I have been reading up on my AC/heat pumps and still have some questions. From what I understand a Heat pump is typically always an AC unit in the warm months. But is an AC (split system) always also a heat pump, or can you just have a split system AC unit. What is the best way to distinguish between the two? Is there a way to tell on the data plate? I don’t see a lot of AC/heat pumps where Im from but when I do I really want to know what Im looking at.
An air conditioner is a heat pump. It removes unwanted heat from the living area and ejects it outside.
What is commonly referred to a heat pump also has the ability to remove heat from the outdoors and release it to the living space. This is accomplished through a reversing valve (and a few other components) that reverses the function of the indoor and outdoor coils. In an air conditioner, the indoor coil is the evaporator and absorbs heat that is rejected from the outdoor coil, which functions as the condenser.
So when reversed, the indoor coil becomes the condenser, and the outdoor coil is the evaporator.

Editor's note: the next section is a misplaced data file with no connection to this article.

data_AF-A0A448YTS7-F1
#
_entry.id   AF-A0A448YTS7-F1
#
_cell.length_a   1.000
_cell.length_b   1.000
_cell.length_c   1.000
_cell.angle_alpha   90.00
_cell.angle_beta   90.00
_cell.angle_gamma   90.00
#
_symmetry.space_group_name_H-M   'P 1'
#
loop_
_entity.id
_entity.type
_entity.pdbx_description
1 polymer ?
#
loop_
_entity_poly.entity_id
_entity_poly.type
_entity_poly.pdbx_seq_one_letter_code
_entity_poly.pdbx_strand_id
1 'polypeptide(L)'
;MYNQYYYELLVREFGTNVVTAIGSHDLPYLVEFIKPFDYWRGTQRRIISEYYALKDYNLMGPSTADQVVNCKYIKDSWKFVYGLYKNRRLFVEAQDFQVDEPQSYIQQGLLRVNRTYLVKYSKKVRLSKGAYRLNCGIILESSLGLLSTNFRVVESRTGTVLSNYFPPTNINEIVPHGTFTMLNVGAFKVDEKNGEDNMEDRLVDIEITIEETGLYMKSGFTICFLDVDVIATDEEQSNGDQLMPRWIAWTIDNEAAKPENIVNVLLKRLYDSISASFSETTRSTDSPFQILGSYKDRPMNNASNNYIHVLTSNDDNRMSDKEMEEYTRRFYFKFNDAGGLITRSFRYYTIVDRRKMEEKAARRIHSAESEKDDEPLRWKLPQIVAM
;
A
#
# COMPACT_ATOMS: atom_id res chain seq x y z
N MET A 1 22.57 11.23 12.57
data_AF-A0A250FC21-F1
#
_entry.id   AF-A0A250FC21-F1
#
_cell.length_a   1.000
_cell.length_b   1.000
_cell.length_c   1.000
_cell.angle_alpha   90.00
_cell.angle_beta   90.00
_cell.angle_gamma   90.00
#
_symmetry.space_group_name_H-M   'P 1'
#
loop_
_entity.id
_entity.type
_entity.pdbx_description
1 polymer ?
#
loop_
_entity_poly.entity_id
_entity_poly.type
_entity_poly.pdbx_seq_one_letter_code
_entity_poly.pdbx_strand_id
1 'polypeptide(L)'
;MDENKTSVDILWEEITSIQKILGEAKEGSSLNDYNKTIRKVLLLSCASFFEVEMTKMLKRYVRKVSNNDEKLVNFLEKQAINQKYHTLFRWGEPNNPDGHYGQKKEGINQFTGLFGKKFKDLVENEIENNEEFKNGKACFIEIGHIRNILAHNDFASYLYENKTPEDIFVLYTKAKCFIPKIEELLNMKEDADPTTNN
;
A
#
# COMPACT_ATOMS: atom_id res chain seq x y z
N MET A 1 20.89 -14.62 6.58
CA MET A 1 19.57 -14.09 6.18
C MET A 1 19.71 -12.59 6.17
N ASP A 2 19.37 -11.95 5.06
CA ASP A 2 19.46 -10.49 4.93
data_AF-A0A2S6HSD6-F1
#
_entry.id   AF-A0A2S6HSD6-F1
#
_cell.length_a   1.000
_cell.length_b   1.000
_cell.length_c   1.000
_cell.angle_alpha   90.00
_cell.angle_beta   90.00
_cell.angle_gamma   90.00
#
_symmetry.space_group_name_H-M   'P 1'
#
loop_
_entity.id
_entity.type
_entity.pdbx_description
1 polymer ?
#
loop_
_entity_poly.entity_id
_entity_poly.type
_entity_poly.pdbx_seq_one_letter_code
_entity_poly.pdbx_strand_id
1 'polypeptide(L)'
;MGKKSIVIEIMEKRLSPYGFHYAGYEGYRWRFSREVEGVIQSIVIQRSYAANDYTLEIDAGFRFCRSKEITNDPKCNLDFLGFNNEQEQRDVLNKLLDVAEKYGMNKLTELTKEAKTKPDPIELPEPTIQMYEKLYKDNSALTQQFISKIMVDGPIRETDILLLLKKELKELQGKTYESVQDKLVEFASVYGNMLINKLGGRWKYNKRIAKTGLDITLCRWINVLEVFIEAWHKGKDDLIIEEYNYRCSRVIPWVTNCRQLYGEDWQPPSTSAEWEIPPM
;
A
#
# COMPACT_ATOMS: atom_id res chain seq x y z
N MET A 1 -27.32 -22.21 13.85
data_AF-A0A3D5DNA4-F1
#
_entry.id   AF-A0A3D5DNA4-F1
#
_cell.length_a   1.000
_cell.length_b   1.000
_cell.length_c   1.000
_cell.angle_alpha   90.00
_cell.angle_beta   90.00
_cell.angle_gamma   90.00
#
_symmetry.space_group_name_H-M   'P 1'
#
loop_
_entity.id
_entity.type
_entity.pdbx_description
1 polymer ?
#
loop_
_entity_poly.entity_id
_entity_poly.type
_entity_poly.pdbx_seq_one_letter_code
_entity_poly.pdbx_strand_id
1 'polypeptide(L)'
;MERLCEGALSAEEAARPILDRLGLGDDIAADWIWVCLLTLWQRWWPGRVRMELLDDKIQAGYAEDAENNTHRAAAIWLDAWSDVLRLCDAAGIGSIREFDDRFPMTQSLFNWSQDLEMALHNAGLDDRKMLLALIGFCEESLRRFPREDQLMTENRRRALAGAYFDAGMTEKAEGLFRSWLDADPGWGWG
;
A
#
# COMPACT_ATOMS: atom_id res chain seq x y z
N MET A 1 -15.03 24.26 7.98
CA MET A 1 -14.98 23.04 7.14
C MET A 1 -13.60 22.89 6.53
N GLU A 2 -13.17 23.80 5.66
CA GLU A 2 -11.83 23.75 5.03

Both AC and heat pumps are produced in split and package versions.
There are a few extra components in a heat pump, but they are not always easy to spot: 1. Reversing valve, 2. Defrost control (required when in heat mode, as the coils can freeze up), 3. there is almost always back up electric strip heat in the air handler - heat pumps aren’t able to extract enough heat much below freezing, 4. the thermostat usually has a system setting for “emergency heat”, which will disable the compressor and heat with only backup heat.
Hard to explain everything in a MB post - just ask if you want more info.
Here’s a couple of diagrams that help to explain:
Look in the condenser for the reversing valve.
There is a circuit board inside the electrical panel for defrost control, but none in an A/C. There are Emergency Heat Settings on the thermostat, none on an A/C.
There is an accumulator, not in an A/C.
There is another “large” circuit breaker for resistance heat in a HP, not in an A/C unless it it electric heat, then none of the other stuff is there either…